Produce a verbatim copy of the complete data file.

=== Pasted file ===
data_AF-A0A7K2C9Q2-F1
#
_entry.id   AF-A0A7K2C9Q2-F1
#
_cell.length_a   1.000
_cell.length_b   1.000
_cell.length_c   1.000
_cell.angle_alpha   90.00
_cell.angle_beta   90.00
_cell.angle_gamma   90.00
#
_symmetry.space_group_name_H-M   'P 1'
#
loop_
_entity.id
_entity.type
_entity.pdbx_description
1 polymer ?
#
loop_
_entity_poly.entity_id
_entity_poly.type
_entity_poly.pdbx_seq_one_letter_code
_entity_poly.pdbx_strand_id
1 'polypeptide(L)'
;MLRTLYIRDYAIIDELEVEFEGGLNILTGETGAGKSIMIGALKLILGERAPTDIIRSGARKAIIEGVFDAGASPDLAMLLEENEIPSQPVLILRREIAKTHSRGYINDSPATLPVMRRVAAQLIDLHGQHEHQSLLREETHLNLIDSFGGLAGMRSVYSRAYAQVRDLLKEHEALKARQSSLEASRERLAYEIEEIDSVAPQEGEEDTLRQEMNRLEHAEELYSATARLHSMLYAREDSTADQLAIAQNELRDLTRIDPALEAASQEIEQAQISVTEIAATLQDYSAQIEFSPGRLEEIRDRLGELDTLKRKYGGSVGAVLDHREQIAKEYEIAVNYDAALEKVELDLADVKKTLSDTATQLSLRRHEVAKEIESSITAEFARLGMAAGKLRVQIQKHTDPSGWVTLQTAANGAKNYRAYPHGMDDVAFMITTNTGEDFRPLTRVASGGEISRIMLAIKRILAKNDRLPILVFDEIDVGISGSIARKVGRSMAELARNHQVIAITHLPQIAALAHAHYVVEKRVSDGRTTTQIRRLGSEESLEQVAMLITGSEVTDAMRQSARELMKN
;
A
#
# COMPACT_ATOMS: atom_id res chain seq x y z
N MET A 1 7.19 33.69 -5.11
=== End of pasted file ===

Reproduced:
data_AF-A0A7K2C9Q2-F1
#
_entry.id   AF-A0A7K2C9Q2-F1
#
_cell.length_a   1.000
_cell.length_b   1.000
_cell.length_c   1.000
_cell.angle_alpha   90.00
_cell.angle_beta   90.00
_cell.angle_gamma   90.00
#
_symmetry.space_group_name_H-M   'P 1'
#
loop_
_entity.id
_entity.type
_entity.pdbx_description
1 polymer ?
#
loop_
_entity_poly.entity_id
_entity_poly.type
_entity_poly.pdbx_seq_one_letter_code
_entity_poly.pdbx_strand_id
1 'polypeptide(L)'
;MLRTLYIRDYAIIDELEVEFEGGLNILTGETGAGKSIMIGALKLILGERAPTDIIRSGARKAIIEGVFDAGASPDLAMLLEENEIPSQPVLILRREIAKTHSRGYINDSPATLPVMRRVAAQLIDLHGQHEHQSLLREETHLNLIDSFGGLAGMRSVYSRAYAQVRDLLKEHEALKARQSSLEASRERLAYEIEEIDSVAPQEGEEDTLRQEMNRLEHAEELYSATARLHSMLYAREDSTADQLAIAQNELRDLTRIDPALEAASQEIEQAQISVTEIAATLQDYSAQIEFSPGRLEEIRDRLGELDTLKRKYGGSVGAVLDHREQIAKEYEIAVNYDAALEKVELDLADVKKTLSDTATQLSLRRHEVAKEIESSITAEFARLGMAAGKLRVQIQKHTDPSGWVTLQTAANGAKNYRAYPHGMDDVAFMITTNTGEDFRPLTRVASGGEISRIMLAIKRILAKNDRLPILVFDEIDVGISGSIARKVGRSMAELARNHQVIAITHLPQIAALAHAHYVVEKRVSDGRTTTQIRRLGSEESLEQVAMLITGSEVTDAMRQSARELMKN
;
A
#
# COMPACT_ATOMS: atom_id res chain seq x y z
N MET A 1 7.19 33.69 -5.11